JoCo on the Go Podcast: Problem Solving Beds

On JoCo on the Go, episode #119, Hear how Johnson County Department of Corrections has an innovative way to help justice involved individuals experiencing homelessness. Learn about the program and the big impacts it's having on lives. Also find out the latest on the employment and life skills programs the department has and how you can get involved to help your community. 

** Video used in this webcast was recorded pre-pandemic.**

JoCo on the Go webcast: Problem Solving Beds 12.21.21

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Time Subject
00:25 Introduction
01:20 What is the problem solving bed program?
03:57 Who takes advantage of this program?
08:14 Success stories from the program
10:17 The future of the program
10:53 How the program helps residents rejoin society

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Theresa Freed 00:00

Johnson County Department of Corrections has an innovative way to help justice-involved individuals experiencing homelessness. On this episode, hear how residents are getting the help they need.

Announcer 00:11

Whether you live in or just love Johnson County, Kansas JoCo on the Go has everything Johnson County, here's what's happening, and what's coming up in the community you call home.

Theresa Freed 00:25

Thanks for joining us for JoCo on the Go. I'm your host, Theresa Freed a Johnson County resident and employee of Johnson County government. The Johnson County Department of Corrections has a wide range of great programs to help people who come in contact with the criminal justice system. Its adult residential center specifically has a new program to help those dealing with housing insecurity, here to talk more about that is Angela Paz who oversees this program. Thanks for being here.

Angela Paz 00:51

I'm happy to be here today and talk about the problem solving bed program.

Theresa Freed 00:55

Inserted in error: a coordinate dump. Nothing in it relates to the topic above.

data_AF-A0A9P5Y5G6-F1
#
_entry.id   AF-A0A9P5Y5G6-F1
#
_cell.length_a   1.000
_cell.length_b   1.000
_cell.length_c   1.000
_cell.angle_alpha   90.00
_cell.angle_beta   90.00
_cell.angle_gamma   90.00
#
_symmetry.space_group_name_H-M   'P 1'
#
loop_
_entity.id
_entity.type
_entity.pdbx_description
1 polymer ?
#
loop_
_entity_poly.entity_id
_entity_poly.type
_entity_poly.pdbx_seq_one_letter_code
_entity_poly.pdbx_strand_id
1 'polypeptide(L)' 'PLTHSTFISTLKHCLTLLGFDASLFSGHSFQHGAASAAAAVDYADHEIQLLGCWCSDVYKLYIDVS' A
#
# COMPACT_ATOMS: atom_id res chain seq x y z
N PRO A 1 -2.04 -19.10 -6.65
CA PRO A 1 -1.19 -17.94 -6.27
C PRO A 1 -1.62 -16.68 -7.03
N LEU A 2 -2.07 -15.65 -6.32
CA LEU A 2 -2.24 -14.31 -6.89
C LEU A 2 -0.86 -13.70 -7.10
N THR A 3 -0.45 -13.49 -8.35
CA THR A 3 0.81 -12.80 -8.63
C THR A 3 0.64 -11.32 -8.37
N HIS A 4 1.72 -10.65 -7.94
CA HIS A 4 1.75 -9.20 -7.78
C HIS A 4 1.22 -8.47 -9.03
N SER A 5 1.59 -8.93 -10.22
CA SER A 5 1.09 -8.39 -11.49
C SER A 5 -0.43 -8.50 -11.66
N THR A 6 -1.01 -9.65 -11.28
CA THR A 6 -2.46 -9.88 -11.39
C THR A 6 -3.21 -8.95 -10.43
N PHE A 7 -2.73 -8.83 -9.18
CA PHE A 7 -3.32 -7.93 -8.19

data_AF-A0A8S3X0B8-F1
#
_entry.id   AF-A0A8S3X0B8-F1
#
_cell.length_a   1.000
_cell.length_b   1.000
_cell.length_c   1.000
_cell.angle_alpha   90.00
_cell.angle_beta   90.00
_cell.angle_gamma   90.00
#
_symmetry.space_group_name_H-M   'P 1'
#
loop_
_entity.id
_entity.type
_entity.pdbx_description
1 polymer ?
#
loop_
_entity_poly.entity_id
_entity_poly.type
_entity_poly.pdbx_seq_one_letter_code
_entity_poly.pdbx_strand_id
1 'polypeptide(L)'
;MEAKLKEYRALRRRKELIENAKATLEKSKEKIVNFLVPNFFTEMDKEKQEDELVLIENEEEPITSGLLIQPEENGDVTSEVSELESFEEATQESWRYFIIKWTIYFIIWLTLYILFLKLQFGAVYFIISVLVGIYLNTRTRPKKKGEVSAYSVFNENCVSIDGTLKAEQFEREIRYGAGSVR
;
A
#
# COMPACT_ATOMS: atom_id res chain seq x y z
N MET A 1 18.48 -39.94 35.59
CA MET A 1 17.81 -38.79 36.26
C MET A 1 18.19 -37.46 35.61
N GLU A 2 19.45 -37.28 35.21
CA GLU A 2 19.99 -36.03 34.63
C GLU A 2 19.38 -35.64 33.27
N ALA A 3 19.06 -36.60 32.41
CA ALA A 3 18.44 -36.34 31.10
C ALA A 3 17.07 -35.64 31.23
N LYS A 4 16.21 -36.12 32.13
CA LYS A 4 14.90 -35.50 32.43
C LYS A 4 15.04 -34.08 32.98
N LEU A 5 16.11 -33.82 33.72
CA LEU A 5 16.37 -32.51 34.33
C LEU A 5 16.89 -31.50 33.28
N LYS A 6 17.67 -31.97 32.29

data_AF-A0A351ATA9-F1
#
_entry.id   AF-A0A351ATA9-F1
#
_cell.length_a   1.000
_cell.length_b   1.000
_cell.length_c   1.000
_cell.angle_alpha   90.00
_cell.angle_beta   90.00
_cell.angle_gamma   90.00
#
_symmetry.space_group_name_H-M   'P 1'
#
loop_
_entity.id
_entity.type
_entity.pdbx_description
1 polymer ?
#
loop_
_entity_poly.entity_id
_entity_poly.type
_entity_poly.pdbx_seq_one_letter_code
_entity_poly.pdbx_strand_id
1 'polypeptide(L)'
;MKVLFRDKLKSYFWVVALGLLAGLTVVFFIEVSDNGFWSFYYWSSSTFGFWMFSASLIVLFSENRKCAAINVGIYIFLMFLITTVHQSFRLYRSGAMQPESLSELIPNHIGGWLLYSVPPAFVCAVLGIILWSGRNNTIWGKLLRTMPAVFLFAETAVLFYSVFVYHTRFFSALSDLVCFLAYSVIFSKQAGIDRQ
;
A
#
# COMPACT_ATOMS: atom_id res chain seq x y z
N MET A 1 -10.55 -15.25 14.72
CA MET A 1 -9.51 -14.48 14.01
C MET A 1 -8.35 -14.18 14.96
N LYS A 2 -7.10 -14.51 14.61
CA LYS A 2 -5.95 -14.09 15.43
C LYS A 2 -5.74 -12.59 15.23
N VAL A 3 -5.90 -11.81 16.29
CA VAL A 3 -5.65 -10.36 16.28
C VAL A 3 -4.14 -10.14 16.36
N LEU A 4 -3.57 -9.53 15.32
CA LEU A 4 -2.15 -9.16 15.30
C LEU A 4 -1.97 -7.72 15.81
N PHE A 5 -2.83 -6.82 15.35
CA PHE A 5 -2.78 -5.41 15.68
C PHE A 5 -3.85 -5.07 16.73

All right, well, first off, can you just tell us a little bit about your role with the Department of Corrections.

Angela Paz 00:59

Certainly, I am the Deputy Director at the adult residential center, I've actually spent the past 24 years in this position. And I oversee a lot of the operations and case management pieces for the individuals who are in our custody and control.

Theresa Freed 01:20

Okay, and then also just tell us a little bit about this new program that started

Angela Paz 01:23

In 2018, when we started to take a look at the populations we served at the adult residential center, what we found out is because we were community based that housing somebody here, in an incarceration setting is obviously much more expensive than out in the community. And because we already have a lot of those services out in the community, we wanted to focus on helping with more of an inmate population versus a probation population. And so we started to do a lot of focus groups, as we were looking into make that change. And in almost every single focus group, the topic of homelessness was brought up. And so we started to brainstorm about how can we help with the criminal justice involved individuals who find themselves to be homeless. And so we plan and talked and came up with what we call a problem solving bed. It is designed for those individuals who find themselves homeless, whether it's for a day or longer, where we can offer them housing, a roof over their head, three meals a day, we do have a medical department that can help with medications and mental health on staff, transportation back and forth to work, and also a resource developer who's essential if they're unemployed, because they can work with them, and get them connected and employed. We know that if anybody needs to rent an apartment, they have to have employment that goes along with that. So that's an essential part of the program is well, we generally, we want this to be a short term, this isn't, you know, hey, come and stay for six months. So we generally say, anywhere from a day to up to 60 days really dependent upon what the individual needs. We've had people who've come in and say, Hey, I have a paycheck come in on Wednesday, and I just have no place to go until that comes in. And so we can help them in a short period of time, or we have some that are have been chronically homeless, don't have a job. And we know it's going to take them more that 60-day time period to be able to find housing, and it may be transitional housing, not necessarily permanent housing, but at least puts them in a better spot than what they were before.

Theresa Freed 03:57